The document so far is mostly boilerplate I'll have copied from a previous document. In the remaining examples I'll omit this boilerplate.

Example Blocks

I'm often writing notes about the runtime behavior of a system. This means I might want to include some snippets of a log file. Example blocks work great for this, and you can insert them via templates quickly. Start by typing <e and press tab to complete. Then insert a few log lines:

* Log output

16:37:17.332 14:37:13.161 [New I/O worker #7] WARN  customer-stream: [customer-uuid-job] Customer stream ended, closing channel
16:37:17.332 14:37:13.161 [async-dispatch-1]  ERROR cache: [customer-uuid-job] Stop setting keys
16:37:22.428 14:37:18.162 [async-dispatch-2]  INFO  jobs: [customer-uuid-job] Started customer-uuid maintenance job


Figure 3: Not so nice log output!

The output above is ok, but depending on your preferences, you might like to tweak a few things. If you have dense info like long log file lines, you might prefer a smaller font. I'll often use the following snippet to reduce the font size and use a softer white for less contrast.

#+TITLE: Typeclass Inferencing Rules
#+OPTIONS: html-postamble:nil toc:nil
#+HTML_HEAD_EXTRA: <style>pre { font-size: 13px; background-color: #000; color: #bbb; }</style>


Figure 4: Log output fits and is not so strong.

Source Blocks

Finally, let's try some blocks of code!

#+BEGIN_SRC haskell
  class Eq a where
    (==) :: a -> a -> Bool
  instance Eq Int where
    (==) = eqInt
  instance Eq Char where
    (==) = eqChar

  member          :: Eq a => [a] -> a -> Bool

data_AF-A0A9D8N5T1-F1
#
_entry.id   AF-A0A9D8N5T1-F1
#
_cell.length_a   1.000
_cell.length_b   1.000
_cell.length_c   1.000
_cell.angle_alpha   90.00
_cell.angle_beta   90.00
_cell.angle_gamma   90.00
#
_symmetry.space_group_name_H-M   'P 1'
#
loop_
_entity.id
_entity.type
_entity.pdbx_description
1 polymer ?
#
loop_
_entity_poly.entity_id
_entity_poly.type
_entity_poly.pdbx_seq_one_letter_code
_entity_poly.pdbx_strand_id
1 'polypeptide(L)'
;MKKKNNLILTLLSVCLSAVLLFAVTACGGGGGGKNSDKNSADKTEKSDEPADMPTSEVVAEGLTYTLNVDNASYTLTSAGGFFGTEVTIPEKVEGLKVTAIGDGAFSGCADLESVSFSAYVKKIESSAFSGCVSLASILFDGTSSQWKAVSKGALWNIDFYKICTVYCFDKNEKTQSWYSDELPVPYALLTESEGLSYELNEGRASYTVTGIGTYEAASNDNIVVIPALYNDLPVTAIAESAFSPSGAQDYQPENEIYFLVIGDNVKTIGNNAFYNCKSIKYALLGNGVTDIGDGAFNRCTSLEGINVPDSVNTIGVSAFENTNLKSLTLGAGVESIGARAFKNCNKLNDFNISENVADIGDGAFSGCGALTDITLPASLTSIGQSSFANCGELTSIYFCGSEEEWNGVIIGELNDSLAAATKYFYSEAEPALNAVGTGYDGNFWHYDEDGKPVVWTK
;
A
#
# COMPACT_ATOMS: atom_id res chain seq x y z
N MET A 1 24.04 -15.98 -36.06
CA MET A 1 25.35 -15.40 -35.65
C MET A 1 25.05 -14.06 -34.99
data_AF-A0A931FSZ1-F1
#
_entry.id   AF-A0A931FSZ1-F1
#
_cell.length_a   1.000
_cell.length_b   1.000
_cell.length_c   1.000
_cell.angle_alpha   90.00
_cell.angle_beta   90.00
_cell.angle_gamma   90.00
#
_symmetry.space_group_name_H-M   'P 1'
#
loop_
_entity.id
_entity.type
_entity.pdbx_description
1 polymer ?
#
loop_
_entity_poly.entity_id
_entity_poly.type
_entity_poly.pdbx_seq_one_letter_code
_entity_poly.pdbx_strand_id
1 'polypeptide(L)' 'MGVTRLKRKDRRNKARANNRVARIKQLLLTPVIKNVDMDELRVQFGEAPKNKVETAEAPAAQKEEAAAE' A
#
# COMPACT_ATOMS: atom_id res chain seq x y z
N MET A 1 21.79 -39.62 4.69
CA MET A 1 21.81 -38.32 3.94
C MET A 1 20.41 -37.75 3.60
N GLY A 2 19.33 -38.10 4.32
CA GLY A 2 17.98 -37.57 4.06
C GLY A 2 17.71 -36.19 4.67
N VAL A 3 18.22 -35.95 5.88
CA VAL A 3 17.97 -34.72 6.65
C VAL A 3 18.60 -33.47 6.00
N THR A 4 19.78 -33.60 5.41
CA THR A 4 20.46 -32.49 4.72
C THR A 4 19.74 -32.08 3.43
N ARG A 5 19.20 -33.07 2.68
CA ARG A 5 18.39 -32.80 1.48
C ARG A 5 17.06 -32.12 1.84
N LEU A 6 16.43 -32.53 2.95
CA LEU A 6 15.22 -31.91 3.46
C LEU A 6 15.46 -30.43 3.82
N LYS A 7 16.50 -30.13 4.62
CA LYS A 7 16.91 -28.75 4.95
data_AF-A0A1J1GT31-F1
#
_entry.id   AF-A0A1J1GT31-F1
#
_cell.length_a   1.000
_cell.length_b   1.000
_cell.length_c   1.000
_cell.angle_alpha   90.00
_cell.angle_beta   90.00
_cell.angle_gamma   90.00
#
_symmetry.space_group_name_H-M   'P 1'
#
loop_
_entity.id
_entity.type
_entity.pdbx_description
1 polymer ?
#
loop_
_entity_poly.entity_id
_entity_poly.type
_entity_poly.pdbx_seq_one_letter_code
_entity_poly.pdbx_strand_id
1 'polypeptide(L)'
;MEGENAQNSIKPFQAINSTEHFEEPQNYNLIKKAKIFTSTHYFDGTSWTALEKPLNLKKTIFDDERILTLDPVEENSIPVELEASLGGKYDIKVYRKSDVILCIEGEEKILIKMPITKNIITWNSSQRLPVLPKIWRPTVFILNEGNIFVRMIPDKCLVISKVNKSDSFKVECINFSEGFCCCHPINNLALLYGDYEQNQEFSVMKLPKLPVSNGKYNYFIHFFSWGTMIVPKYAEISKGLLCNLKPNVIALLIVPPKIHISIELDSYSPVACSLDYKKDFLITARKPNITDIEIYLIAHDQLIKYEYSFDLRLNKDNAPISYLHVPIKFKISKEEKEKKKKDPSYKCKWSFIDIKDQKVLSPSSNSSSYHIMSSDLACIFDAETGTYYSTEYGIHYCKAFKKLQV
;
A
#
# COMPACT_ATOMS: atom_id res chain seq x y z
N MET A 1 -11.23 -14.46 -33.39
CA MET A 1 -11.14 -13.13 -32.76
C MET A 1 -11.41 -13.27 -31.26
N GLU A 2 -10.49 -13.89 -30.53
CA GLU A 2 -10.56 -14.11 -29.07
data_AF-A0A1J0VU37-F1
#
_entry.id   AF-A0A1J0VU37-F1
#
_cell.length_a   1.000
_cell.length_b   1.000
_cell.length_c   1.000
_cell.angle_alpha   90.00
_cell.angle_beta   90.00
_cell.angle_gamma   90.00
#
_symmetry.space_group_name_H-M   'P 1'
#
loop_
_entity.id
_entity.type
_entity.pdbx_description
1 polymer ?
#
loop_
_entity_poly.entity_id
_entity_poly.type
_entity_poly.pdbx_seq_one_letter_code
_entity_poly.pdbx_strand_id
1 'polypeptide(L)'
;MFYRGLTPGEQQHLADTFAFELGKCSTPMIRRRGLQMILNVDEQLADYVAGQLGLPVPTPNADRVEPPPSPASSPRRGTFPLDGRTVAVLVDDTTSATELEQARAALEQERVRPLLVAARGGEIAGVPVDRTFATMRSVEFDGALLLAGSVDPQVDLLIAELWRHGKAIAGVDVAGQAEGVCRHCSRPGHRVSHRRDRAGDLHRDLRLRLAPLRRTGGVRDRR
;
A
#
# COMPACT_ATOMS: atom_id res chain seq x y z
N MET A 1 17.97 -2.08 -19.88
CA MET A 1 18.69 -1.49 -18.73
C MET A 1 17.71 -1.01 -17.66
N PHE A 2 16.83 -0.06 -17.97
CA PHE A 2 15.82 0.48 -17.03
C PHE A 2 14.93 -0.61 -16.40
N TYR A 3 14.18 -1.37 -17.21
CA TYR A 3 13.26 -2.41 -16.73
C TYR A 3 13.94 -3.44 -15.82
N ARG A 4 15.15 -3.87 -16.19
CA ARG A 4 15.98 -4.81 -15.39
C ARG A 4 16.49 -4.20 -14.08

member []       = False
  member (x:xs) y = (x == y) \/ member xs y

Note that in the above example, the source code is not highlighted, but importantly, in your org-mode buffer it will be syntax highlighted. It is not in the above example because I have it wrapped in an org source code block for this document (an example of an example).

Also, my lack of understanding in how to do escaping is showing, I've been forced to cheat and put #+END SRC rather than the correct #+END_SRC. The above snippet renders like:


Figure 5: First source code block.

Rather unusually, org-mode exports source code with the same colors as your Emacs theme. I happen to be using an old Twilight theme, which uses a black background. Therefore, the syntax coloring of the HTML export will likely look best with the same black background. This is why the CSS snippet we added earlier included a background-color: #000 rule:

#+HTML_HEAD_EXTRA: <style>pre { font-size: 13px; background-color: #000; color: #bbb; }</style>